In January 2019, BSI Standards Limited released the new, updated ‘BS 8580-1:2019 Water Quality – Risk Assessments for Legionella Control – Code of Practice’. This blog is designed to help the duty holder, employer, responsible person or purchaser of risk assessments understand what the standard is and what features your risk assessment should include, it is neither a critique nor a summary of its content.
BS 8580-1:2019 is a code of practice in the form of guidance and recommendations. It does not specify how to conduct a Legionella Risk Assessment (LRA) – it is not a methodology. However, it does suggest some expected features of such risk assessments. So be wary of any LRA that claims “compliance” with the standard, likewise it should not be used as a specification document i.e. in a tender.
Both BS 8580-1:2019 and the HSE’s HSG274 Part 2 document detail what an LRA should include, however, neither supply a “shiny badge” to acknowledge that it actually does. To help ensure quality, there are independent accreditation organisations like UKAS, who do use these documents as criteria when accrediting LRA’s to ISO 17020.
Below are a few of the features that BS 8580-1:2019 recommends including:
Has your LRA provider supplied competence evidence for their risk assessor?There are many qualifications and training courses for risk assessors to complete, however a good start would be to ask for your providers Legionella Control Association membership certificate and/or their UKAS Accreditation certificate to ISO 17020.
Independent and Impartial
Has your LRA provider demonstrated their independence and impartiality?
If your LRA provider offers follow up remedial works, have they supplied evidence supporting their recommendation? Be wary of the LRA providers with vested interest, is their LRA quote too good to be true? UKAS Accreditation to ISO 17020 ensures that safeguards are in place at these company’s and that their LRA’s are carried out impartially.
Has your LRA provider asked to view your written scheme of control, your logbooks and current risk assessment?
Viewing the written scheme of control will give the assessor an understanding of the systems being assessed and how well they are being managed. An LRA is not a condition survey of physical assets but an assessment of risk from all activities relating to Legionella.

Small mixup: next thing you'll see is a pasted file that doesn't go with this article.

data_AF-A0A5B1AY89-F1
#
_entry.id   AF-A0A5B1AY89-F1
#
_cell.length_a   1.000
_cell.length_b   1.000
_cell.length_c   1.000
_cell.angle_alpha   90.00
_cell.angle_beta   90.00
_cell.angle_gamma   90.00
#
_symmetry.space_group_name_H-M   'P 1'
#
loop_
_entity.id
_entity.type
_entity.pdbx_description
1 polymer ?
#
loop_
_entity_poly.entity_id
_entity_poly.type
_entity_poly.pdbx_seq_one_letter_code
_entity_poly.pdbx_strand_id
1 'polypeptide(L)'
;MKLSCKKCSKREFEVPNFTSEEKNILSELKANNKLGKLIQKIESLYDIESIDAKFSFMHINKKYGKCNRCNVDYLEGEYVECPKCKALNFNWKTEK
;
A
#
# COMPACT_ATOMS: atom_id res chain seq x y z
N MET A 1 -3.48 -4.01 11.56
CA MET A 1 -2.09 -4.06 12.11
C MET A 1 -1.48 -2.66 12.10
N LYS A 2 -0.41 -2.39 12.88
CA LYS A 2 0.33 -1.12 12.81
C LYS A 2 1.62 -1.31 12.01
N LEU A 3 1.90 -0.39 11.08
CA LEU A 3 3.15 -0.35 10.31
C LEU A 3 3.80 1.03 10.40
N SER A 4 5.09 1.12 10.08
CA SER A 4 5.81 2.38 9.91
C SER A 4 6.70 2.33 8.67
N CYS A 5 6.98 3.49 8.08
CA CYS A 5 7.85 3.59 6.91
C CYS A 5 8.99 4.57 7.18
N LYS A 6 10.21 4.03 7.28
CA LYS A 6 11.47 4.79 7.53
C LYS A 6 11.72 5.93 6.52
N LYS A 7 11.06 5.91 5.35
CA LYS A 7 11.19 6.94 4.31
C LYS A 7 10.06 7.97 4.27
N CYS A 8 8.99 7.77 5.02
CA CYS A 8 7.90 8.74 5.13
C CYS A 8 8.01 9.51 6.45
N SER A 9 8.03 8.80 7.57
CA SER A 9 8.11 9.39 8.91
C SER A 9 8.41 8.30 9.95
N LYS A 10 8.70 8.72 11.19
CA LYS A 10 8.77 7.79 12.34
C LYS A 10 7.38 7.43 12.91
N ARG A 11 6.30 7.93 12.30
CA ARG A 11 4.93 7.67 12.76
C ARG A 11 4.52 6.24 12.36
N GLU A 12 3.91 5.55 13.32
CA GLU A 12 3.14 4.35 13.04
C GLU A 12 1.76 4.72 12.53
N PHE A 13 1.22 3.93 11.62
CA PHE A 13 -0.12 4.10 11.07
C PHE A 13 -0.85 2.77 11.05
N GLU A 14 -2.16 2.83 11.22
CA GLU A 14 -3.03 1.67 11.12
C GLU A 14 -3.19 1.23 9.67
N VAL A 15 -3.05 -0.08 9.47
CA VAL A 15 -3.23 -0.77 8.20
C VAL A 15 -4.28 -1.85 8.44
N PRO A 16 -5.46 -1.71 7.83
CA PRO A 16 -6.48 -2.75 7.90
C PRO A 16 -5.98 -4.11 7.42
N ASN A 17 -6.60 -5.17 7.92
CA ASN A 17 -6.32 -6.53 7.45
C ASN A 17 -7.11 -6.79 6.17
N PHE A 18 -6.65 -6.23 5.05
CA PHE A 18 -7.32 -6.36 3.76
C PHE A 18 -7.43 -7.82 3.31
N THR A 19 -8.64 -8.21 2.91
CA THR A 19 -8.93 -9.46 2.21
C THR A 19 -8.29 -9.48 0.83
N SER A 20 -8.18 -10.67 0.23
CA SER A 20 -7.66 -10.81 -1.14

Logbooks give an assessor valuable data on the recent performance of your water systems and the effectiveness of the controls in place.
An LRA should not include a written scheme of control, only to recommended improvements that will be critical to its review. Neither should it include superfluous information such as extracts from guidance documents, for example, the background/history of Legionella bacteria or pasted checklists from HSG274 of systems irrelevant to the systems assessed.
Each LRA method will have its own way of determining risk and its perceived rating. Each risk should have its own rating, which in turn has its own recommendation to eliminate or control this risk. The recommendations should be prioritised by risk (not by cost or difficulty to fix), allowing the user to allocate resources appropriately and implement the control scheme effectively. It is important that risk rating systems should not be over-complicated, as important issues can get masked and “lost”.
An LRA should consider inherent risk, the controls in place to mitigate this risk and determine if this residual risk is as low as reasonably practicable (ALARP). Inherent risks will help the user understand where problems will occur if the control scheme fails. It can also help to separate expensive remediation from simpler performance and condition related tasks.
Associating each risk to its corresponding risk factor (contamination, amplification, transmission, exposure or susceptibility of individuals exposed) can help the user understand the Legionella chain of causation. Some factors are easier to influence than others, so using these factors can help the user ‘control the controllable’.
Editors Note: The information provided in this blog is correct at date of original publication - March 2019.
© Water Hygiene Centre 2019